David Davis, Britain’s chief Brexit negotiator, will hold urgent talks in Brussels today to try and secure the exit transition deal demanded by business, amid fears of a last-minute row over Ireland. Mr Davis is said by aides to be “confident” of an imminent deal to secure the 21-month transition, but there are fears in London that the talks could be fraught because of tension over the Irish border. The Brexit secretary will hold face-to-face talks with Michel Barnier, his EU opposite number, for the first time since last November, as both sides try to reach a deal to present to EU leaders at a two-day summit starting on Thursday.
Light-touch regulation ‘history’, says FCA chief
The head of the financial watchdog insists his organisation is not soft on financial misconduct after a wave of criticism over how it has handled several high-profile investigations. The Financial Conduct Authority was currently bearing down on the Royal Bank of Scotland to ensure it implements the recommendations of a contentious report into how it treats small business customers, Andrew Bailey, the FCA’s chief executive said. He insisted light-touch regulation was “history”. “That was the prevailing philosophy before the crisis and we have learnt some hard lessons,” he said, “We do now have powers we did not in the past.” Mr Bailey wants to overhaul culture across the City of London, spurred on not only by a spate of breaching rules, such as Libor-rigging and the mis-selling of payment protection insurance, but also questions about culture prompted by the Presidents Club scandal.
Rolls-Royce looks to develop new ‘batteries using material designed for contact lenses
Rolls-Royce, the engineering giant, is joining the race to build the next generation of energy storage “batteries” using the same material originally designed for hard-wearing contact lenses. The FTSE 100 group said it will work with Superdielectrics, a research company, to use the material to challenge the dominance of traditional batteries. Early studies with the universities of Surrey and Bristol have shown that the new polymer can create a capacitor, or energy storage, which is between 1,000 to 10,000 times more effective than existing materials. This “supercapacitor” could provide the bridge between systems which are quick to charge and quick to release small amounts of energy and those, such as lithium-ion batteries, which are slow to charge but last longer. It could allow electric vehicles, for example to charge up fully within a few minutes and last as long as today’s electric cars.
Two senior Tories have warned the Government may need tax hikes and spending cuts because of the size of the national debt. In a letter to the Chancellor Philip Hammond, veteran Ken Clarke and ex-Cabinet Office minister John Penrose said official figures gave an over-optimistic picture as they did not include private finance initiative contracts. The Treasury insisted: “The Government takes a balanced approach to repairing the public finances and investing in vital services.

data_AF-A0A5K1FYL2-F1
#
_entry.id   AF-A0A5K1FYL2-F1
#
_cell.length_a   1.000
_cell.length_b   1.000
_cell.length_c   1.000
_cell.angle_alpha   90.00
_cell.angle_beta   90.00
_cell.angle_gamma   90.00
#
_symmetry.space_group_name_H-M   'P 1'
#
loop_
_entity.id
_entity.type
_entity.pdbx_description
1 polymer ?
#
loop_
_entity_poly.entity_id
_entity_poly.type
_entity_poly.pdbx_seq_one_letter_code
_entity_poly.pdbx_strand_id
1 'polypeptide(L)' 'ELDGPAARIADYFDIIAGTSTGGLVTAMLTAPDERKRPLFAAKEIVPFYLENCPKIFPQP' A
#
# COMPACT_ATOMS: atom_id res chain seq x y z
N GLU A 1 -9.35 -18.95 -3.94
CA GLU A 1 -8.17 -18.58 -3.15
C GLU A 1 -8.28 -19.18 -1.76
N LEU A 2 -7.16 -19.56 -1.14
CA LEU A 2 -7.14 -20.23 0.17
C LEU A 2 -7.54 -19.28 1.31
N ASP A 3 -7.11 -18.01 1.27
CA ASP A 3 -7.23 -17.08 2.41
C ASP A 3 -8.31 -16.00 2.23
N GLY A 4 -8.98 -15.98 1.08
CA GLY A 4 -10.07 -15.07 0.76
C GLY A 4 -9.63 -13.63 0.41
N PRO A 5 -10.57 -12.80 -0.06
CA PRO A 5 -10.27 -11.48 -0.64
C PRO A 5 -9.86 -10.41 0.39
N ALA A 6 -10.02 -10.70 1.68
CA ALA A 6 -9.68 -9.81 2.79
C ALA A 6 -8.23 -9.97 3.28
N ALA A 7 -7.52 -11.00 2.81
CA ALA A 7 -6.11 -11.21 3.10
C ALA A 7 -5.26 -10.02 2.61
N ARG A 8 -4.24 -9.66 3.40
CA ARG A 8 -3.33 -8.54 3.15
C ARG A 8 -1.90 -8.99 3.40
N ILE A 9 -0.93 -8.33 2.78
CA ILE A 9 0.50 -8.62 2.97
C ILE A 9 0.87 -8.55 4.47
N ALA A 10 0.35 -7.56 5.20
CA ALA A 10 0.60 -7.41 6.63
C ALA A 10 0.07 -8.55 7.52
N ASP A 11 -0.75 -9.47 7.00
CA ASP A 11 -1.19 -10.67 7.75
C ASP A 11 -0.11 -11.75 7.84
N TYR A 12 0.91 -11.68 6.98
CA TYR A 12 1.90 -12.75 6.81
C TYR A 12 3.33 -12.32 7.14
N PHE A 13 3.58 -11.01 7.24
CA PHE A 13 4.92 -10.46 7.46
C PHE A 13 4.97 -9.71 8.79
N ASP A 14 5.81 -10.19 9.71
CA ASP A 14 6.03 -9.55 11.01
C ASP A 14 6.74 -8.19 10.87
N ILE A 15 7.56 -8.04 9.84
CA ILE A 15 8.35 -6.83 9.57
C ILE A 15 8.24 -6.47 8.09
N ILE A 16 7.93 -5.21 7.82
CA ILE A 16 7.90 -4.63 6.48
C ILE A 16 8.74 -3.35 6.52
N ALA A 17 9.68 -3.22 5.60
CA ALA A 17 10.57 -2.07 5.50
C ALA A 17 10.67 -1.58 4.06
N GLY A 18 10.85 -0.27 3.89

Car cost rise 37% for poor
The cost to the poorest families of running a car rose 37 per cent last year. One million households in the poorest ten per cent have a car and spent an average £58.20 a week on it, according to the RAC Foundation. The averages at a quarter of their weekly spend and included £20.40 on buying the vehicle, £14.80 on fuel, £7.60 on insurance and £6.10 on keeping it going. Across all households the weekly total was £99.50 up ten per cent. The foundation said: “Policy makers need to bear in mind any moves that add to the cost of motoring will be most keenly felt by those least able to afford them.”
Romania No1 for cheapest car hire deals
Travellers looking for the hottest car rental deals should head to Romania, a survey has found. Romania was No1 in a poll of nations with the cheapest car hire, charging £13.06 per day on average. Spain was second at £13.49 and Malta third at £13.60. The most expensive countries were Japan where a day’s hire is £55.47 on average, followed by Iceland at £46.37 and Switzerland, £43.64.
E-cigs link to liver disease
Vaping may lead to liver disease, research suggests. High levels of nicotine in e-cigarettes caused non-alcohol fatty liver disease in mice in a 12-week study. Scientists found changes in 433 genes associated with fatty liver development and progression. Professor Theordore Friedman, of Los Angeles’ Charles R Drew University, said: “We conclude that e-cigarettes are not as safe as they have been promoted to consumers.”
Interest rate ‘to be frozen’
The Bank of England is expected to keep interest rates unchanged at 0.5% on Thursday. But economists believe we could be set for a hike in May, one more by the end of the year and another in 2019 – taking banking rates to 1.25%. Governor Mark Carney previously warned rates will need to rise “earlier and by a greater degree” to get inflation on target. Official figures show the economy grew by 0.4% in the final quarter of 2017 against an 0.5% forecast.